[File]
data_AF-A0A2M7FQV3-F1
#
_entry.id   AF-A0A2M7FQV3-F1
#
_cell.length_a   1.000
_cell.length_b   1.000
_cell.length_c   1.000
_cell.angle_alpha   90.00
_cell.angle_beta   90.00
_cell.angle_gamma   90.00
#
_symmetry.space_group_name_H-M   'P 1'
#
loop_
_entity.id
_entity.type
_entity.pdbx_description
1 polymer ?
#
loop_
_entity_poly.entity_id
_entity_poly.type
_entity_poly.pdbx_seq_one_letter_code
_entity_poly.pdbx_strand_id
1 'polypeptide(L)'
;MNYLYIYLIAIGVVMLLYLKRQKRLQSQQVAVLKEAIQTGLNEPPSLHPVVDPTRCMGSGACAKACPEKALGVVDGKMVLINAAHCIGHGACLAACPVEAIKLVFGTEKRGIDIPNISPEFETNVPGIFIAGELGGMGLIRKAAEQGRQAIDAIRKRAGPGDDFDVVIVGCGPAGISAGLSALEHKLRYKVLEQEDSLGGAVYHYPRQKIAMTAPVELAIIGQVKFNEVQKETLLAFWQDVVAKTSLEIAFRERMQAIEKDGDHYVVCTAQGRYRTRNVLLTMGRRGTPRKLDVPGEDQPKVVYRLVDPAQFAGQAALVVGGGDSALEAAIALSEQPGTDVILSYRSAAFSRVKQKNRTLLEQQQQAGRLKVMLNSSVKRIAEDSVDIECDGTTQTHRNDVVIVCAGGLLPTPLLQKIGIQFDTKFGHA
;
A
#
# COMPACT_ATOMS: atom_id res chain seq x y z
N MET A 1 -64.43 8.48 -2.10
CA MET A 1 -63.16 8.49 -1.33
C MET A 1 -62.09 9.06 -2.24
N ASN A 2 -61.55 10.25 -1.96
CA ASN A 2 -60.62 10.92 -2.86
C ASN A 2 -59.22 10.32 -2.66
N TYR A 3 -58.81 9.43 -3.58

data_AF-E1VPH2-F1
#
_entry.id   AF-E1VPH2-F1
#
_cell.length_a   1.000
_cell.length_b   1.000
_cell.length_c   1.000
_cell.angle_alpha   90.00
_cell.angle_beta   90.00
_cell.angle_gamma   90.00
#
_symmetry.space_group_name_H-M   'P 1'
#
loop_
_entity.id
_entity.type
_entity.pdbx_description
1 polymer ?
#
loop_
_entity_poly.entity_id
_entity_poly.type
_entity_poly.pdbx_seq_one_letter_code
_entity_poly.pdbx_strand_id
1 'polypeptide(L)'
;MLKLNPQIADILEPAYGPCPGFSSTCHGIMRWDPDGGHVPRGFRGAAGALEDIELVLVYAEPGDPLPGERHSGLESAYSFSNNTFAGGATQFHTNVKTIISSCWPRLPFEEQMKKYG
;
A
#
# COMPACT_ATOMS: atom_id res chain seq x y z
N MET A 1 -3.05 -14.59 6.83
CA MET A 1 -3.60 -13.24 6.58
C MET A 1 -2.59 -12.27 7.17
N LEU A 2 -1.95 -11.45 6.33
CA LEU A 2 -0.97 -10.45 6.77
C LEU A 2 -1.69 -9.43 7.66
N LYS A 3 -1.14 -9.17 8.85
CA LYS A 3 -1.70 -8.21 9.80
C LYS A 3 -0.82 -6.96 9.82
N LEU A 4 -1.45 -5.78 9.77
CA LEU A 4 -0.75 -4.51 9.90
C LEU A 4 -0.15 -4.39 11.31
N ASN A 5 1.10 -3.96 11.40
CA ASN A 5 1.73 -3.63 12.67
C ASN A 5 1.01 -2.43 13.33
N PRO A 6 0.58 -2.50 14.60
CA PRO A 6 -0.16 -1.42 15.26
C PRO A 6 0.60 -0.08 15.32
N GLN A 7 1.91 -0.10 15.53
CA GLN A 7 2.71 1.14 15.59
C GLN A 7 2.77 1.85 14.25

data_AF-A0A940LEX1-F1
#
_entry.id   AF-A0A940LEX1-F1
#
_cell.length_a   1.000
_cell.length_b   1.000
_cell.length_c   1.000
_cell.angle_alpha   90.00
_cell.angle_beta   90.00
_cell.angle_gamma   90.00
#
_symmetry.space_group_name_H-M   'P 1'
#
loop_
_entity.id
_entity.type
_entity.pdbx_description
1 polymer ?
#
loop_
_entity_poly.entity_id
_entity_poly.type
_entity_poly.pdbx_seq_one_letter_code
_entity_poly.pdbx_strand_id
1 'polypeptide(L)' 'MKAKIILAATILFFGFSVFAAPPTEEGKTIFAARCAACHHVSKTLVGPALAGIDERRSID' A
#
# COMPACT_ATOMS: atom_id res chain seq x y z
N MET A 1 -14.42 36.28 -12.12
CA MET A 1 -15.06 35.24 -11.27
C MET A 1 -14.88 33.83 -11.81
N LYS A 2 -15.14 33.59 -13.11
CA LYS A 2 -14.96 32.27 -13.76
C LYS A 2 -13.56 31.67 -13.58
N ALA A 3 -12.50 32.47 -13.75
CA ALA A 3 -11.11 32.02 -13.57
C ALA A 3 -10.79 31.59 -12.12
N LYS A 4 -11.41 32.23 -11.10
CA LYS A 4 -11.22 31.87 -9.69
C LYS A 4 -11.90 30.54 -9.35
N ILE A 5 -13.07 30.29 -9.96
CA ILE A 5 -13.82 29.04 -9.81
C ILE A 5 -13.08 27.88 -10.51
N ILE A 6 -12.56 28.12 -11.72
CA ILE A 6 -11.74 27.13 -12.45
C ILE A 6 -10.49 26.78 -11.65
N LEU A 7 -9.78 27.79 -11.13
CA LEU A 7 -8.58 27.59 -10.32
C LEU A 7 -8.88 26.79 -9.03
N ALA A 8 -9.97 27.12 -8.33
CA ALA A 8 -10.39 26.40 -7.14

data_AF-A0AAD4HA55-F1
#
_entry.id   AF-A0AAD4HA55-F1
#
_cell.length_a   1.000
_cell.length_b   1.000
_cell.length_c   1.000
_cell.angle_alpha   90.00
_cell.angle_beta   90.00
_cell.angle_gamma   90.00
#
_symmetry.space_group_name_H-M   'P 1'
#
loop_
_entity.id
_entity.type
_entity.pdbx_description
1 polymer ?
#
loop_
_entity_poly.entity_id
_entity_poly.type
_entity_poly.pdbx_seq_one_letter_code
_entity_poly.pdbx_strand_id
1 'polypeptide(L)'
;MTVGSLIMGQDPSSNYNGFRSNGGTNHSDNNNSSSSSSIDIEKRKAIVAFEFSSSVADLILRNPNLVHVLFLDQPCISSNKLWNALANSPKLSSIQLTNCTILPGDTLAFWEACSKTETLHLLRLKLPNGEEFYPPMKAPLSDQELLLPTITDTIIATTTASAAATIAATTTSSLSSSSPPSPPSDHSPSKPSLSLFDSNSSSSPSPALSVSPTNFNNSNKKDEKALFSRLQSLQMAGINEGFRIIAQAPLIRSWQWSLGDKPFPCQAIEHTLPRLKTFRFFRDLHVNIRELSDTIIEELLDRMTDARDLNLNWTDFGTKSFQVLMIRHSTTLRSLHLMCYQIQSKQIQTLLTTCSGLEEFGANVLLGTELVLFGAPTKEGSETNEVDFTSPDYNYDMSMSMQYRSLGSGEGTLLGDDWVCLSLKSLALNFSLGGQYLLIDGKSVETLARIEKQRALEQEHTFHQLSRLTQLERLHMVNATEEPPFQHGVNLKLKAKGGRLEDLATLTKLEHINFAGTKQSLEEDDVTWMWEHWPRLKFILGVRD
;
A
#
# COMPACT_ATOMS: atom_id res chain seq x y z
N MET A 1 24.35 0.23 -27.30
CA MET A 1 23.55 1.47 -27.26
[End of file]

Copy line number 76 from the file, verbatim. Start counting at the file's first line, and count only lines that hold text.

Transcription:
C LYS A 3 -0.82 -6.96 9.82